‘Quill’ your time away

Elizabeth Thomas creates wonders by folding and rolling papers.  Her art pieces look like colourful 3D replicas

Published: 18th January 2022 06:31 AM  |   Last Updated: 18th January 2022 06:31 AM   |  A+A-

Express News Service

KOCHI: Malappuram-native Elizabeth Thomas has been quilling for some time to escape from sheer boredom. The quilling art using paper may sound new. But  the unconventional crafting method can lead to the creation of astonishing masterpieces by rolling thin strips of paper, bending and moulding the curls into shapes to create decorative designs. With her Instagram page, Soul of Quilling, the youngster has been creating and teaching paper art to those interested across the state and beyond.

Elizabeth was always fascinated and adored the craft works done by her mother, Annie, who worked as a primary school teacher in the Maldives. But art and crafts were not Elizabeth’s cup of tea until a decade ago. She tried the craft while waiting for an appointment letter as a software engineer in Bengaluru in 2017. 

“Out of curiosity, I tried making paper flowers through quilling which I learnt from mother. As I am a perfectionist on everything, I made the floral quilling with utmost care. Later, one of my colleagues noticed my quilled flowers and asked whether he could buy some as a gift for his friend. From then on I got serious in my pursuit. I started trying out new designs including decor pieces and wall hangings,” says Elizabeth.

Using the art of paper rolling and folding, she created dream catchers, a two-feet long peacock, photo frames that feature bride and grooms, house nameplates, mandalas and many such eccentric designs. At a glance, it may look like a 3D painting done on canvas. The multilayered coloured paper strips neatly stacked to create portraits of Jesus Christ and Argentina footballer Lionel Messi, a few of her favourites to mention. Crafting images of a girl on a swing, a woman wearing a colourful gown holding a birdcage, the just married couple portraits of Kodavas, Christian and south Indians in their traditional attires showcase how she converts the bits of paper to complex paper mosaics or models.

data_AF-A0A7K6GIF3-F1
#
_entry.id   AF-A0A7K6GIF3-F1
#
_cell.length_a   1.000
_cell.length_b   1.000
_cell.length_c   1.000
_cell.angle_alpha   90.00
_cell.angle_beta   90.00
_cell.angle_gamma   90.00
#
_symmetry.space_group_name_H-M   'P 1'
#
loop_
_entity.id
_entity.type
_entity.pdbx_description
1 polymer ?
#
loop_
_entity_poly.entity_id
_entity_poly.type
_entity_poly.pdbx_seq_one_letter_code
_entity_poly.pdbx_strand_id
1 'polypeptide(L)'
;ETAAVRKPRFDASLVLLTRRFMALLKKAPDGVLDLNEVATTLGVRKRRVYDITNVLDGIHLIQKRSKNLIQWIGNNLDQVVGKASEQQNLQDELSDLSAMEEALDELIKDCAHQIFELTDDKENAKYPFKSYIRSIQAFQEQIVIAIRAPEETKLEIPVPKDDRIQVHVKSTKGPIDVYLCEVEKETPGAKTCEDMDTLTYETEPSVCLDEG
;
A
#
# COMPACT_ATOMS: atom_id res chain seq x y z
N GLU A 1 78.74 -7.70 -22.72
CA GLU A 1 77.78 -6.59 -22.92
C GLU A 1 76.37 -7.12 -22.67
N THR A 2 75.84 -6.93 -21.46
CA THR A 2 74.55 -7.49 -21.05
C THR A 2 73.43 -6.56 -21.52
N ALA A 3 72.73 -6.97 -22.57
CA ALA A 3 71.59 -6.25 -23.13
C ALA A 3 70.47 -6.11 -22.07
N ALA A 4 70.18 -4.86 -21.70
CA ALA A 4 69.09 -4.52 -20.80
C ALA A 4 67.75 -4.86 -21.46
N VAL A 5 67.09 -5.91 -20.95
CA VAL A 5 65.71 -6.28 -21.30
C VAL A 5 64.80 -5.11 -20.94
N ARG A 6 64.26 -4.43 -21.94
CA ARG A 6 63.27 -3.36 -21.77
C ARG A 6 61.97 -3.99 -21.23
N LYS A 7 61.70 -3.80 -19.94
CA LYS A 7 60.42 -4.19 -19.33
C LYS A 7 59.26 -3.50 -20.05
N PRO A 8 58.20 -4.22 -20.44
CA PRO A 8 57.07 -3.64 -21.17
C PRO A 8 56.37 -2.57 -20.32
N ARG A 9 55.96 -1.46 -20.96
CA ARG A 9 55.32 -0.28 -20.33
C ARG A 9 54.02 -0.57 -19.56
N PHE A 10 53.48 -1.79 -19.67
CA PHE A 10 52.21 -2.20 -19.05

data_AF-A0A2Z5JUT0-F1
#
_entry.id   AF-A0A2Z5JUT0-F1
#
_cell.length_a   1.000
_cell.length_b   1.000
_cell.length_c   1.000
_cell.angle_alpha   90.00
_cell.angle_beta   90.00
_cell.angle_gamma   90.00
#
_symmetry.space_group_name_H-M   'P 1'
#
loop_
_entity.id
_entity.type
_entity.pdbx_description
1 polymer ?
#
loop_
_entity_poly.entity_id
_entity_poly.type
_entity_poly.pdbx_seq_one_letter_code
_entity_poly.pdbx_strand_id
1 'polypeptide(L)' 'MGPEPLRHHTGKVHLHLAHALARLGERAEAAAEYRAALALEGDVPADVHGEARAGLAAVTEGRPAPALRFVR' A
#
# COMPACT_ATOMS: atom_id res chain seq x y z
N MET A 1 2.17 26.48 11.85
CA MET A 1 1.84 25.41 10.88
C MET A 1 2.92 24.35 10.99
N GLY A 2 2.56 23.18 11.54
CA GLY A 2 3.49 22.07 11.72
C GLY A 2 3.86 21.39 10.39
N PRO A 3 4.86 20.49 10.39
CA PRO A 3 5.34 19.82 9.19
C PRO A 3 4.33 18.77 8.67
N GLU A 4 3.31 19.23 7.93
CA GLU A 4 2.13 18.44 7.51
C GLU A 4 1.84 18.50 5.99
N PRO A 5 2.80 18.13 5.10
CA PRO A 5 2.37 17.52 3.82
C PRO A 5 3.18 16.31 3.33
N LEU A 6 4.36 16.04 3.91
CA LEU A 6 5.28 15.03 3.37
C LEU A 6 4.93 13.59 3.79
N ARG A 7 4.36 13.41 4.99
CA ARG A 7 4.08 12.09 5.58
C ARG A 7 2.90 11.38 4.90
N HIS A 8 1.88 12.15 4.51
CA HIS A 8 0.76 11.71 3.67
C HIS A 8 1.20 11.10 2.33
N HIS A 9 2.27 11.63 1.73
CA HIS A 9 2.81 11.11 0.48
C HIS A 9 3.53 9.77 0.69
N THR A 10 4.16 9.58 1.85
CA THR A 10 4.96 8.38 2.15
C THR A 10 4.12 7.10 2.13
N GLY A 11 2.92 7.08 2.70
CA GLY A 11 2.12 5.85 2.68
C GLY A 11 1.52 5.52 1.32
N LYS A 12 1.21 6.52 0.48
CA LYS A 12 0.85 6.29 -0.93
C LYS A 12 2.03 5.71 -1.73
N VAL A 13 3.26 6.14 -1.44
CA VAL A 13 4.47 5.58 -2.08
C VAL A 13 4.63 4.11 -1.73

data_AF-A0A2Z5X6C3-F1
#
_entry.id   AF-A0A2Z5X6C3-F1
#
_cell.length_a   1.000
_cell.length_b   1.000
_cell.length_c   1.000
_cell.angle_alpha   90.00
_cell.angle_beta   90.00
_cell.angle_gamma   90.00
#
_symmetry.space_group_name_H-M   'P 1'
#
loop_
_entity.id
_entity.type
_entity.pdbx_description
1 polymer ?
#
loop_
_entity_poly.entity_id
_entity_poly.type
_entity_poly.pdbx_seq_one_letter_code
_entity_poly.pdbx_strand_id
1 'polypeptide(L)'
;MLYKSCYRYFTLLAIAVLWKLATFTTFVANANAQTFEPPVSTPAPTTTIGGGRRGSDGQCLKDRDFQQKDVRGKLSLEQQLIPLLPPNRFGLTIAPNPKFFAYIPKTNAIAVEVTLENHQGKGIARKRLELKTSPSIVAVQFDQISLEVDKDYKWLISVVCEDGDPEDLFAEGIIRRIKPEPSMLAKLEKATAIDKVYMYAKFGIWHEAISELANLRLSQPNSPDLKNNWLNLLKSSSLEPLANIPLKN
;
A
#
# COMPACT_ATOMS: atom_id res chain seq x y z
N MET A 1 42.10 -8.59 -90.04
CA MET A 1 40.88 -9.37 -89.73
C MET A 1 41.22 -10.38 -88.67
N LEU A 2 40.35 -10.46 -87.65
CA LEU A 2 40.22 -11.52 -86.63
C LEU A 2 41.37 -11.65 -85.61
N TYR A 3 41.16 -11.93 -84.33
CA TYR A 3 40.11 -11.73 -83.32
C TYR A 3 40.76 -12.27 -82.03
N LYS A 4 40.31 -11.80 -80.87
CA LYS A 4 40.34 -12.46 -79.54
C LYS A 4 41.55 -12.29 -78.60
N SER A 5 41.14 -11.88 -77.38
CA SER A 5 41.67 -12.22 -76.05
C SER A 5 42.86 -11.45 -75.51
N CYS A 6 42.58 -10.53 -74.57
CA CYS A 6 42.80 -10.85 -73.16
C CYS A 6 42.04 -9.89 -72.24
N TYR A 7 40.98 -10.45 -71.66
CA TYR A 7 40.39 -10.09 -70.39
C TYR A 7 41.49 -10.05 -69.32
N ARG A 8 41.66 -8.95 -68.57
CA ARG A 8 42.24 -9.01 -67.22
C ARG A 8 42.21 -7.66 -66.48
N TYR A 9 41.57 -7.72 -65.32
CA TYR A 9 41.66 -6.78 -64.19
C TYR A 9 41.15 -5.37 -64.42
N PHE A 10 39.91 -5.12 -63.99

Great tolerance and strong idea are the pillars for a paper quilling artist. Elizabeth adds that it is not an easy job and paper cuts on her fingers are regular. “The fingers will get hurt from the sharp paper edges but the longing to get a good decorative piece make me neglect them and keep going. I didn’t paint even a flower during my childhood. But the passion to create paper images and a good colour sense helped me come up with unique pieces. The most challenging work was quilling the peacock. I collaborated with my mother for it and it’s a treasured piece for me,” she adds. 

Though the availability of quality paper strips aka acid-free paper for quilling is still a hard task, Elizabeth continues to explore her art including contemporary quilling. She also conducts workshops to teach more like-minded people. “Now I explore paper cutting and layering technique which gives a 3D effect to the image. The quilling is performed using five to 11 mm long paper strips using various folding designs. Teardrop, tight coil, half-moon, petal, heart, diamond and V shape are some of the patterns used mostly in paper quilling designs,” she says.

According to Elizabeth, the quilled paper designs are the new age green gifting options by youngsters as these are made using bio-degradable materials and wood frames. She also adds that paper quilling is good for every age group especially kids. “Due to online classes children are having more screen time, paper quilling is a good way to distract them and become creative,” she concludes. 



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